Can China Enforce a VPN Crackdown?

On Monday, 23 January 2017, the Chinese government has announced its intention to crack down on unauthorized virtual private networks (VPNs) in an effort to more easily regulate the Internet within its borders. For years, what has been known as the Great Firewall of China (GFW) has blocked Chinese citizens from accessing the Internet in ways that most of us take for granted. It uses several different methods of either obfuscating or outright blocking Internet traffic going out of and coming into the country ruthlessly.

Our question now is whether a crackdown on VPNs can actually succeed and what most Western tech outlets get wrong about the GFW in general.

How the Great Firewall Works


China’s Great Firewall project has evolved over the years, adding several layers of detection algorithms as encryption technology marched forward. Its most common method of intervention is through deep packet analysis of all traffic leaving the country. If it finds a request to a website whose access is forbidden by the government, it is blocked. It also scans for behavioral patterns found within packets, detecting what kind of protocol is being used and intervening when it finds something that does not fly well with authorities.

As a side note, the GFW has also been known to use DNS poisoning (i.e. making a URL point to an “incorrect” IP address) to redirect Chinese citizens to more “appropriate” websites.

The crackdown by the Chinese government mentioned earlier is an attempt to consolidate the power that the GFW has over the country’s airwaves, stopping citizens who try to circumvent it using international and unauthorized VPNs. Only enterprises who have been given special permission by Chinese authorities would receive an exemption from this rule.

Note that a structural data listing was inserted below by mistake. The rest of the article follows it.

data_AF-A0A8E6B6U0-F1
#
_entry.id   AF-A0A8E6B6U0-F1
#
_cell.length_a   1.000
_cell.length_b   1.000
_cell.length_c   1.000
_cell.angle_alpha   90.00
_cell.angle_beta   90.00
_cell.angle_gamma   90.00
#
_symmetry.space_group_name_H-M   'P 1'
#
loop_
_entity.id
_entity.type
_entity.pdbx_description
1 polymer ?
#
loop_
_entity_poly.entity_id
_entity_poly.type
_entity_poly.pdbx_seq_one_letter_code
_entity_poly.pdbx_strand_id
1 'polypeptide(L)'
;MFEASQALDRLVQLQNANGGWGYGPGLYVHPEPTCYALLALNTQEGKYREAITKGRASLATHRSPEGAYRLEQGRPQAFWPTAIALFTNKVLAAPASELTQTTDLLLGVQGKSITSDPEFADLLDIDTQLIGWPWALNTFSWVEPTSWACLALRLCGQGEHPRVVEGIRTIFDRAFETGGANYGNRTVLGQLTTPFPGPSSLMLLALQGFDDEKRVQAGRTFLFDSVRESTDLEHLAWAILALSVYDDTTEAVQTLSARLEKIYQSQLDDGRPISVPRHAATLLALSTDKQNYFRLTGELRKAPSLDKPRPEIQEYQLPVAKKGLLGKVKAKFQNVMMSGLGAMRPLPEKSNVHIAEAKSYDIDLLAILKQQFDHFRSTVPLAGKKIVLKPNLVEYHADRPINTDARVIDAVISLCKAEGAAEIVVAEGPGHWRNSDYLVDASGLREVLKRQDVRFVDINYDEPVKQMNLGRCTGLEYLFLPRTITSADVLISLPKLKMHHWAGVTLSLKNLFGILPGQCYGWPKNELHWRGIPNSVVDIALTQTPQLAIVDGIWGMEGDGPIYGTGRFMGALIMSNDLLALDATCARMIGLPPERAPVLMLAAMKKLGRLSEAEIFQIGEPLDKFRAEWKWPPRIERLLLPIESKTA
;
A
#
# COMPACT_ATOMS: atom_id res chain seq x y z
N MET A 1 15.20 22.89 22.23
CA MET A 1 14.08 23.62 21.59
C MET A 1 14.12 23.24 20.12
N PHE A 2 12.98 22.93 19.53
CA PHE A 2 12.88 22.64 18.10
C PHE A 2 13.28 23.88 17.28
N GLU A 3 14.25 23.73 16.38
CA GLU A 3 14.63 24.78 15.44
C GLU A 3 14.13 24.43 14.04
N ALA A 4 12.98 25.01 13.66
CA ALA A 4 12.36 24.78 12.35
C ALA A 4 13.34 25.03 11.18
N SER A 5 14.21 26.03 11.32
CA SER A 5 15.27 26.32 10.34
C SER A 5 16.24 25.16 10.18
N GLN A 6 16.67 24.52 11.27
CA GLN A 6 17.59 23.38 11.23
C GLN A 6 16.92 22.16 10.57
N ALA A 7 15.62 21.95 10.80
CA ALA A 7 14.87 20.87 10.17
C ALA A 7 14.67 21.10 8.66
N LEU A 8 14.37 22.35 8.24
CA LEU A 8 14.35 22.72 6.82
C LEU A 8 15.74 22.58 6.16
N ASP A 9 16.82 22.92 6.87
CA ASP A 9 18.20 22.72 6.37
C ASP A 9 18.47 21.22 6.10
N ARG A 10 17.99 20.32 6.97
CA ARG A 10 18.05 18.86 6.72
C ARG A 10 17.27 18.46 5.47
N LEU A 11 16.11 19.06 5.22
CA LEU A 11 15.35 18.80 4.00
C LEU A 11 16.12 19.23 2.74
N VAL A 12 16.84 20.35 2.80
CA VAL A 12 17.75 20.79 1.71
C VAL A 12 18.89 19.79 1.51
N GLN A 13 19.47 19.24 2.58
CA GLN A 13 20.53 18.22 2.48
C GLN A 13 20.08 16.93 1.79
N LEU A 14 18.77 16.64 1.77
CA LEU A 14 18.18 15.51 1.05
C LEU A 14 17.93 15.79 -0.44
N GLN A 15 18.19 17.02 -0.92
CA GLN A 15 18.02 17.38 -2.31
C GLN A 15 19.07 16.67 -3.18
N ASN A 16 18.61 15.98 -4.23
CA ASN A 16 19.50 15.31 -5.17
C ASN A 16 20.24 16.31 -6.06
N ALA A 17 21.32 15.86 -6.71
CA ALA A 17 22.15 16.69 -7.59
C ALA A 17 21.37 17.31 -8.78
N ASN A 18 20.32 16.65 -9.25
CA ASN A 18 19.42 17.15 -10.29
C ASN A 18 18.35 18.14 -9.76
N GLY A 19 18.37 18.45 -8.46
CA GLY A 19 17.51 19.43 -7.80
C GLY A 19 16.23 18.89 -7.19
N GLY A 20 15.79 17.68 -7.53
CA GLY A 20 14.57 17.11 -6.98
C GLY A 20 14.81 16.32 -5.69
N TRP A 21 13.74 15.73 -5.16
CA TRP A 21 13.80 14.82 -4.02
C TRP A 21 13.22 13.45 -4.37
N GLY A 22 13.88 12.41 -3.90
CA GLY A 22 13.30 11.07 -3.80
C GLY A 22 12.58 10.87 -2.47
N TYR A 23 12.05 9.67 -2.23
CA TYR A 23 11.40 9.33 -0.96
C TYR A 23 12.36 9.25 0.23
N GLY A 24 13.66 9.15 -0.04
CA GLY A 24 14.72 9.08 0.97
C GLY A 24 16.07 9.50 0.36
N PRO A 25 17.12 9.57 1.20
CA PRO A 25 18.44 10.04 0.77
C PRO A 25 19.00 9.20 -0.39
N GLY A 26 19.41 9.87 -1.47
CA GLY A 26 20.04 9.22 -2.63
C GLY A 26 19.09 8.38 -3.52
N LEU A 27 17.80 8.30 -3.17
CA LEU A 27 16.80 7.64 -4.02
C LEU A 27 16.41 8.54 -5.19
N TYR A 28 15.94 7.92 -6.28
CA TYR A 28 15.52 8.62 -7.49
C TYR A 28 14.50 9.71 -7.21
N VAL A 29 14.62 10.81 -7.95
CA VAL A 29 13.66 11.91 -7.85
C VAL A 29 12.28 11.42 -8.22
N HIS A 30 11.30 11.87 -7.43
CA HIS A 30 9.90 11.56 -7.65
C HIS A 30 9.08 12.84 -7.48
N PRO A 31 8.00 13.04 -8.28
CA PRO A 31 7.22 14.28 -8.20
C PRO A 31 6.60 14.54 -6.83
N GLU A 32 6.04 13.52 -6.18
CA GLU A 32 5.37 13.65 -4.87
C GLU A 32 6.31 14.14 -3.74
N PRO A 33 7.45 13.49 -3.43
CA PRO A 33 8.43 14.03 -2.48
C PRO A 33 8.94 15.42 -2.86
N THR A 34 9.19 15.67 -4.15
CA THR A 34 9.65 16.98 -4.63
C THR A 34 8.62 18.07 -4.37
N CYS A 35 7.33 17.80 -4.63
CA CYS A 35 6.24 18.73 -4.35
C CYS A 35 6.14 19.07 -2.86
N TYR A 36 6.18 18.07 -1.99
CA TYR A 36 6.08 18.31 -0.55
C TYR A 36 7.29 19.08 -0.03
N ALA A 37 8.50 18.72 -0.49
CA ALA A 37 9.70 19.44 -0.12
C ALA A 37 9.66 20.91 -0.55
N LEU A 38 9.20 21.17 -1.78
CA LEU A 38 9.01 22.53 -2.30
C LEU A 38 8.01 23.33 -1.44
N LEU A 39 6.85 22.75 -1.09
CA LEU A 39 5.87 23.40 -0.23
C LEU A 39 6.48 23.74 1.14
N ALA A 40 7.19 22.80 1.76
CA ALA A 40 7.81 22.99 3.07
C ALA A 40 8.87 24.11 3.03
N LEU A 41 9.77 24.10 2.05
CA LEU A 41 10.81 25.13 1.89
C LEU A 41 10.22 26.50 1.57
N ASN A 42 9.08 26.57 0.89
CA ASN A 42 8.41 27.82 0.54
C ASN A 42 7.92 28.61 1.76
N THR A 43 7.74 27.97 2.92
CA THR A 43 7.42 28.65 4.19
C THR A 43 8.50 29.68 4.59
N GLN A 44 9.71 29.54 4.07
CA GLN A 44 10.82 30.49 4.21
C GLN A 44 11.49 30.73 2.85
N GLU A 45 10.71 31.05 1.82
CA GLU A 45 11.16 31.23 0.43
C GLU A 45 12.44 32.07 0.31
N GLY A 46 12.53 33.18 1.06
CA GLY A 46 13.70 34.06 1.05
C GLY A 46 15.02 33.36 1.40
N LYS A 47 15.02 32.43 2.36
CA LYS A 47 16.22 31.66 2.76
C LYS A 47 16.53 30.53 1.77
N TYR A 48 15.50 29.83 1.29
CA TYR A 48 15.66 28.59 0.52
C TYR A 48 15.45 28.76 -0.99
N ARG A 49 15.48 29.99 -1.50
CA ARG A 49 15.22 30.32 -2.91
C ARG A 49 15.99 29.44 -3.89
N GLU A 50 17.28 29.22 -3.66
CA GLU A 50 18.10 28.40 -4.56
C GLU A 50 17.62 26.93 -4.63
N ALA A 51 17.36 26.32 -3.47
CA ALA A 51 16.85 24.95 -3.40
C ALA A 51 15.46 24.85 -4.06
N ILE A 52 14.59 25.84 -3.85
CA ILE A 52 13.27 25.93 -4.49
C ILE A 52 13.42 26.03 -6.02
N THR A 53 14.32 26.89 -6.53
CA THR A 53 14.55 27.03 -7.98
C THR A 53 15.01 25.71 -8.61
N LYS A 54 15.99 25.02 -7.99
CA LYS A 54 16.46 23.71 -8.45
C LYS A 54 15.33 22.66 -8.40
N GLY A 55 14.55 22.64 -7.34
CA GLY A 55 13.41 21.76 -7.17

Would the Crackdown Be Successful?


This all depends on what you define as successful. In all likelihood the GFW will be able to block traffic on most channels, but there will always be moves from other parties to mask the traffic specifically to circumvent any censorship attempts. This potentially makes VPN traffic difficult to detect.

Also, “secret” TOR nodes configured to run with certain bridges can still circumvent these methods with ease. There will never be a one-hundred percent guarantee unless the Chinese government has some magic wand we’re not aware of that can stop all unlawful traffic overnight. Let me make one thing clear: I’m not saying that this won’t potentially present a large blow to online anonymity in China.

Wait, the Great Firewall Blocks Tor?!

Much to the chagrin of TOR enthusiasts and most Western tech outlets, onion routing isn’t necessarily the most reliable way to circumvent the firewall in China. Their deep packet analysis methods can detect the “handshake” you make with a TOR node and then proceed to block it forever. Unless you fragment your packets to confuse the detector (and everyone else who connects to it does the same thing), the possibility of using that exit node is gone forever. Even VPNs that are meant to circumvent censorship end up being blocked by this manner of detection.

The most reliable way of getting around the firewall is by not being in China. Second to that is finding a protocol or specific VPN application that doesn’t operate in a way that is readily recognizable. In short, China is smarter than most of the media says it is.

What do you think will happen over the next five years in terms of censorship and the fight against it in the Chinese web? Tell us what you think in a comment!

Miguel Leiva-Gomez
Miguel Leiva-Gomez

Miguel has been a business growth and technology expert for more than a decade and has written software for even longer. From his little castle in Romania, he presents cold and analytical perspectives to things that affect the tech world.

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